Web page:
NB:  Sea Level Rise is an ongoing  Scientific Controversy.  This means that great care must be taken in reading and interpreting the past data, new studies and especially media coverage of the topic [including this essay] — bias and advocacy are rampant, opposing forces are firing repeated salvos at one another in the journals and in the press and the consensus may well simply be “an accurate measure of the prevailing bias in the field.”  (h/t John Ioannidis)

Address your comments to “Kip…” if you are specifically looking for a response – that way I’ll see it for sure.

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The Dismal Science
March 20, 2018 1:49 pm

pretty well sums it up. is NASA claiming a greater rise because it is using satellites, which are only measuring absolute increases in sea level?

Don K
Reply to  Kip Hansen
March 20, 2018 3:30 pm

Kip. As I’m sure you are aware, there are also problems with tide gauges although some of the variables are better controlled than with satellites. There are also problems that are unique to some sorts of gauges — of which there are at least half a dozen varieties. And in some cases tidal gauges have moved from place to place in the same harbor because of construction or redesign of port facilities. And sometimes ship collision or other mischance destroys/damages the gauge which is quite difficult to replace with mm vertical precision. Moves/rebuilds may or may not be recorded.
The principle advantage of tidal gauges is that some sites have records that go back many decades or even a century or two

Reply to  Kip Hansen
March 22, 2018 6:29 pm

If I have a question about slr, the NOAA site is where I always start. I’ve found it to be straightforward and easy to understand.

Reply to  The Dismal Science
March 20, 2018 3:18 pm

DS, covered in my essay PseudoPrecision in ebook Blowing Smoke, and in guest post here SLR, acceleration, and closure.

Reply to  The Dismal Science
March 20, 2018 4:14 pm

CO2 absorbed by water, lowers the boiling point of water. I do not see a climate model that allows for this?

Bryan A
Reply to  The Dismal Science
March 20, 2018 10:44 pm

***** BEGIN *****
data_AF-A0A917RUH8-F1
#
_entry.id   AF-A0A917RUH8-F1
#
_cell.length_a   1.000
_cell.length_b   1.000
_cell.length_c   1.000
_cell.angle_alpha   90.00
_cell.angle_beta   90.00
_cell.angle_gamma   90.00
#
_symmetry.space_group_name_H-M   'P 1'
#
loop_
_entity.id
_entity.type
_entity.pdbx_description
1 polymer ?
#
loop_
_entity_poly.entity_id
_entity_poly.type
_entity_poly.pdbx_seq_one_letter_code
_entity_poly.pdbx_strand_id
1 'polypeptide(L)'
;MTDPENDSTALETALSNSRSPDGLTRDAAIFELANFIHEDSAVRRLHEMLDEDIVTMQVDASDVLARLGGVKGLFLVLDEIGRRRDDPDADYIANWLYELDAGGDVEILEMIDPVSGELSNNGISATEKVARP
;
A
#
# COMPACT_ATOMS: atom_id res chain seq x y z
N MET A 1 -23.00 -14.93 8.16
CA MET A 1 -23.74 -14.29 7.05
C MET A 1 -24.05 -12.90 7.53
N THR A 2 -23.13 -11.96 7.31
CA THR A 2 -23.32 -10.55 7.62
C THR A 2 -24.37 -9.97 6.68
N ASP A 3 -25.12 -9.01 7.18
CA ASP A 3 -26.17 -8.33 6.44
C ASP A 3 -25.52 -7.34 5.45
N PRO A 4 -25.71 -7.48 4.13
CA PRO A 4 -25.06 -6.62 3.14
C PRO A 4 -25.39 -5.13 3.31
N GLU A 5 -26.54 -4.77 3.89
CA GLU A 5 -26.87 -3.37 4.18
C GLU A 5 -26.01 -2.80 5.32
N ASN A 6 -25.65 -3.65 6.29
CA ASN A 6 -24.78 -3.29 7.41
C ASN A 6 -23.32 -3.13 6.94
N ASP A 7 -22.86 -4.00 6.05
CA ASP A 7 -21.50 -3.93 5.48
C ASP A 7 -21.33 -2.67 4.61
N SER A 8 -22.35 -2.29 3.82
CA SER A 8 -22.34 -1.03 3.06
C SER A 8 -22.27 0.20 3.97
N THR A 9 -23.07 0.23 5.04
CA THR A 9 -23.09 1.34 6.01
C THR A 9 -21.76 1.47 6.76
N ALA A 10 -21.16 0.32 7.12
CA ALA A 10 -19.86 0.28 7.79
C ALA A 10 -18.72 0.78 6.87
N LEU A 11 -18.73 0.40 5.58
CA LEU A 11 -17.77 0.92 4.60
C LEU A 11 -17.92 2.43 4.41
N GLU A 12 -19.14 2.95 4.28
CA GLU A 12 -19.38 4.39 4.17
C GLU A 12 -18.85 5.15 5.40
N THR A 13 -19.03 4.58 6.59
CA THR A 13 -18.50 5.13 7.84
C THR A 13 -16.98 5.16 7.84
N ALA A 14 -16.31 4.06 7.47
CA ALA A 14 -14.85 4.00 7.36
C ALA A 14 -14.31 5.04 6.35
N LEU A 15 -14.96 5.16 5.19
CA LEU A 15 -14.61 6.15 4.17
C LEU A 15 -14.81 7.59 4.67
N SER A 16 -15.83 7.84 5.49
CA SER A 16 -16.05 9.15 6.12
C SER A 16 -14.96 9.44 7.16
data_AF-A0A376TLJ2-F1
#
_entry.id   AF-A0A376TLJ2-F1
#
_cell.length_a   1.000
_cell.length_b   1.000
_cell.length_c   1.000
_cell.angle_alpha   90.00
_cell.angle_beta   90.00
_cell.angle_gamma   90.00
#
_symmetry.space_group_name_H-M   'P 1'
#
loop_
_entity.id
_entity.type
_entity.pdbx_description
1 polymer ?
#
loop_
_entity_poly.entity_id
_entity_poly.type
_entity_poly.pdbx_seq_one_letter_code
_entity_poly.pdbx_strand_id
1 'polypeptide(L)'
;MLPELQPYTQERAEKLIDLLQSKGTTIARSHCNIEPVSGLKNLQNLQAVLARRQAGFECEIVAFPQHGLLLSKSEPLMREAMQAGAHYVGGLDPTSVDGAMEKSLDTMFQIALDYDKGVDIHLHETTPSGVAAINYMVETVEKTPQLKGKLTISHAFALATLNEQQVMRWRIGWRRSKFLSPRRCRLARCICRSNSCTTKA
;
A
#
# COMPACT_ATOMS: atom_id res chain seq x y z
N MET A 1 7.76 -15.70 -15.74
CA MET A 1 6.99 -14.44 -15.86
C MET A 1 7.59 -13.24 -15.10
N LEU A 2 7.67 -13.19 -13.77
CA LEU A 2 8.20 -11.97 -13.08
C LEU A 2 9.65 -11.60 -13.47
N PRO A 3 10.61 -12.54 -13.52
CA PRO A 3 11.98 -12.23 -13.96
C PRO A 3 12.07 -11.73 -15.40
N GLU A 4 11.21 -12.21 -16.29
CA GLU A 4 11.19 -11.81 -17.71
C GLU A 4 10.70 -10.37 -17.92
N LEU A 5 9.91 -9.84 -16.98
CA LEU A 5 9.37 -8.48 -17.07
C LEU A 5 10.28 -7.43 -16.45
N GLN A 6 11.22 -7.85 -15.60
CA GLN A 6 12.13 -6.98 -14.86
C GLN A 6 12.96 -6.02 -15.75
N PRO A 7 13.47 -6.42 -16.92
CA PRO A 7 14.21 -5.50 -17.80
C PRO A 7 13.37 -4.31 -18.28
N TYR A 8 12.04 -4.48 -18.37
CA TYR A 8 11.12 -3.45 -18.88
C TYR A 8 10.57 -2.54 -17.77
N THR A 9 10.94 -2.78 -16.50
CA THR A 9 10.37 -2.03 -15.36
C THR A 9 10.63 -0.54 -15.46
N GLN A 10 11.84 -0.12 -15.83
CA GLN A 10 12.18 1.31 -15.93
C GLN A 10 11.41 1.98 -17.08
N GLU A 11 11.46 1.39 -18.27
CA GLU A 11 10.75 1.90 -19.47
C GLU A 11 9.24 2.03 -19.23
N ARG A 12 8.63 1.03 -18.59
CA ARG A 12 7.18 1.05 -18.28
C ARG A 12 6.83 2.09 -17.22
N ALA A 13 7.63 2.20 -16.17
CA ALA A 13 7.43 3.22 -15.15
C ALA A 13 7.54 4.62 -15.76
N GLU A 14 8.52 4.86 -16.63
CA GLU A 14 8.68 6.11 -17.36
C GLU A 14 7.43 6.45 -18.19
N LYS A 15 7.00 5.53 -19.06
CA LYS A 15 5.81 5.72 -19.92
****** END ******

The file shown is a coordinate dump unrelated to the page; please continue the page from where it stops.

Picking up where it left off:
It is a pleasant surprise to find that NOAA, sometimes leaning towards Sea Level Rise catastrophe advocacy, not only explains this clearly, but goes on to reiterate that “global sea level rise is believed to be 1.7 +/- 0.3 millimeters/year during the 20th century” — a figure at great variance from that promulgated by NASA, which is currently claiming to show almost twice that at 3.0 +/- 0.4 mm/yr.
NOAA makes this perfectly clear: Tide Gauges measure Local Relative Sea Level and its changes and reflect mostly the magnitude/rate of vertical land movement.. Thus, Tide Gauges, by themselves, are not fit for the purpose of determining Global Average or Regional Average Sea Level changes, rise or fall

It would seem to be pretty easy to verify the NASA figure by subtracting the NASA 3.0 +/- 0.4 figure from the NOAA tide gauge data which should yield the figure for the relative land height change then measure the actual land height change adjacent to the respective tide gauge locations. These two numbers should be identical +/-0.4

March 20, 2018 1:56 pm

Great essay! I have been aware that subsidence has played a major role in ‘rising sea levels”, but never had it explained in such an articulate manner.
Great post!
Now if we could only convince Mr. Gore to read it😂

Reply to  Kip Hansen
March 20, 2018 5:07 pm

Kip…love the graphics…there’s nothing like a visual
…are you aware of this GPS tool?…it’s fun to play with…sorta copied the tide gauge graph

Reply to  Kip Hansen
March 21, 2018 3:58 am

Kip Hansen
March 20, 2018 at 2:58 pm
Yes, the graphics are very good. Many thanks for yet another great article…I’m currently battling with my local council over their ridiculous sea level rise predictions so this is very timely and useful.